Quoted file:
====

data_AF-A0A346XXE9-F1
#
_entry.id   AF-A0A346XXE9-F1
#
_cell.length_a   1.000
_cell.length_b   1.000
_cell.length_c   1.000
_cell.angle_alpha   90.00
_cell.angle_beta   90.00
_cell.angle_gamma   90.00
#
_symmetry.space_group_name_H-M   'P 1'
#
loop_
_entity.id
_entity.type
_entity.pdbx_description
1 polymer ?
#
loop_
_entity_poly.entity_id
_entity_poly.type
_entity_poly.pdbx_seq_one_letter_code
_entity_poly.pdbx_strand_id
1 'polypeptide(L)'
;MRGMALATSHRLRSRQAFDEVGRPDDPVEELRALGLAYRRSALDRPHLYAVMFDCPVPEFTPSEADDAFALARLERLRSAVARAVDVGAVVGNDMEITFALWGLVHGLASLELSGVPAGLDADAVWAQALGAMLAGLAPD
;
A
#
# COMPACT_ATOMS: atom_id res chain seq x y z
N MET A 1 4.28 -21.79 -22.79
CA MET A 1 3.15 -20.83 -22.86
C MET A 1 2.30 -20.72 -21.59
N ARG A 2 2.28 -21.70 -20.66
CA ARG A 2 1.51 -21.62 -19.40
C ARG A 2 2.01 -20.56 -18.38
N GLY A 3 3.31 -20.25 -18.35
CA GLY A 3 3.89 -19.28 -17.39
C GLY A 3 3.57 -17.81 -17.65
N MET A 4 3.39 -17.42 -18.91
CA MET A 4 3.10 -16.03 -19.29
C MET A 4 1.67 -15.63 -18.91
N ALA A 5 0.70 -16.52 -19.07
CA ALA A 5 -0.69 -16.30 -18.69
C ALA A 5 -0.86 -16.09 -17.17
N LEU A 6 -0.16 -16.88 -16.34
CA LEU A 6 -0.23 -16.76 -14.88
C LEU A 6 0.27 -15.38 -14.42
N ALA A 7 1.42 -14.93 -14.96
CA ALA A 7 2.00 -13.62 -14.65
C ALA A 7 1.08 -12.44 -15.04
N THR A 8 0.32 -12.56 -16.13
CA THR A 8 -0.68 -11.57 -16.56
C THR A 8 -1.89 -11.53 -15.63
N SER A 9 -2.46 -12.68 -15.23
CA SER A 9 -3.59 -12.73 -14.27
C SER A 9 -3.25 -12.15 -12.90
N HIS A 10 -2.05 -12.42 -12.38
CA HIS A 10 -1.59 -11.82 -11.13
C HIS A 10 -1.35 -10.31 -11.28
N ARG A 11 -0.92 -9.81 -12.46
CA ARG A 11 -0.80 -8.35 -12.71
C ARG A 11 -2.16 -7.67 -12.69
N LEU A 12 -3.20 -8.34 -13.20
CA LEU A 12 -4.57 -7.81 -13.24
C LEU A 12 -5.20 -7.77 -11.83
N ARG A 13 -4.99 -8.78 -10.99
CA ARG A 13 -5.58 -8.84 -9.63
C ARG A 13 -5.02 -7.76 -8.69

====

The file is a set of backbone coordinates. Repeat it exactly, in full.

data_AF-A0A346XXE9-F1
#
_entry.id   AF-A0A346XXE9-F1
#
_cell.length_a   1.000
_cell.length_b   1.000
_cell.length_c   1.000
_cell.angle_alpha   90.00
_cell.angle_beta   90.00
_cell.angle_gamma   90.00
#
_symmetry.space_group_name_H-M   'P 1'
#
loop_
_entity.id
_entity.type
_entity.pdbx_description
1 polymer ?
#
loop_
_entity_poly.entity_id
_entity_poly.type
_entity_poly.pdbx_seq_one_letter_code
_entity_poly.pdbx_strand_id
1 'polypeptide(L)'
;MRGMALATSHRLRSRQAFDEVGRPDDPVEELRALGLAYRRSALDRPHLYAVMFDCPVPEFTPSEADDAFALARLERLRSAVARAVDVGAVVGNDMEITFALWGLVHGLASLELSGVPAGLDADAVWAQALGAMLAGLAPD
;
A
#
# COMPACT_ATOMS: atom_id res chain seq x y z
N MET A 1 4.28 -21.79 -22.79
CA MET A 1 3.15 -20.83 -22.86
C MET A 1 2.30 -20.72 -21.59
N ARG A 2 2.28 -21.70 -20.66
CA ARG A 2 1.51 -21.62 -19.40
C ARG A 2 2.01 -20.56 -18.38
N GLY A 3 3.31 -20.25 -18.35
CA GLY A 3 3.89 -19.28 -17.39
C GLY A 3 3.57 -17.81 -17.65
N MET A 4 3.39 -17.42 -18.91
CA MET A 4 3.10 -16.03 -19.29
C MET A 4 1.67 -15.63 -18.91
N ALA A 5 0.70 -16.52 -19.07
CA ALA A 5 -0.69 -16.30 -18.69
C ALA A 5 -0.86 -16.09 -17.17
N LEU A 6 -0.16 -16.88 -16.34
CA LEU A 6 -0.23 -16.76 -14.88
C LEU A 6 0.27 -15.38 -14.42
N ALA A 7 1.42 -14.93 -14.96
CA ALA A 7 2.00 -13.62 -14.65
C ALA A 7 1.08 -12.44 -15.04
N THR A 8 0.32 -12.56 -16.13
CA THR A 8 -0.68 -11.57 -16.56
C THR A 8 -1.89 -11.53 -15.63
N SER A 9 -2.46 -12.68 -15.23
CA SER A 9 -3.59 -12.73 -14.27
C SER A 9 -3.25 -12.15 -12.90
N HIS A 10 -2.05 -12.42 -12.38
CA HIS A 10 -1.59 -11.82 -11.13
C HIS A 10 -1.35 -10.31 -11.28
N ARG A 11 -0.92 -9.81 -12.46
CA ARG A 11 -0.80 -8.35 -12.71
C ARG A 11 -2.16 -7.67 -12.69
N LEU A 12 -3.20 -8.34 -13.20
CA LEU A 12 -4.57 -7.81 -13.24
C LEU A 12 -5.20 -7.77 -11.83
N ARG A 13 -4.99 -8.78 -10.99
CA ARG A 13 -5.58 -8.84 -9.63
C ARG A 13 -5.02 -7.76 -8.69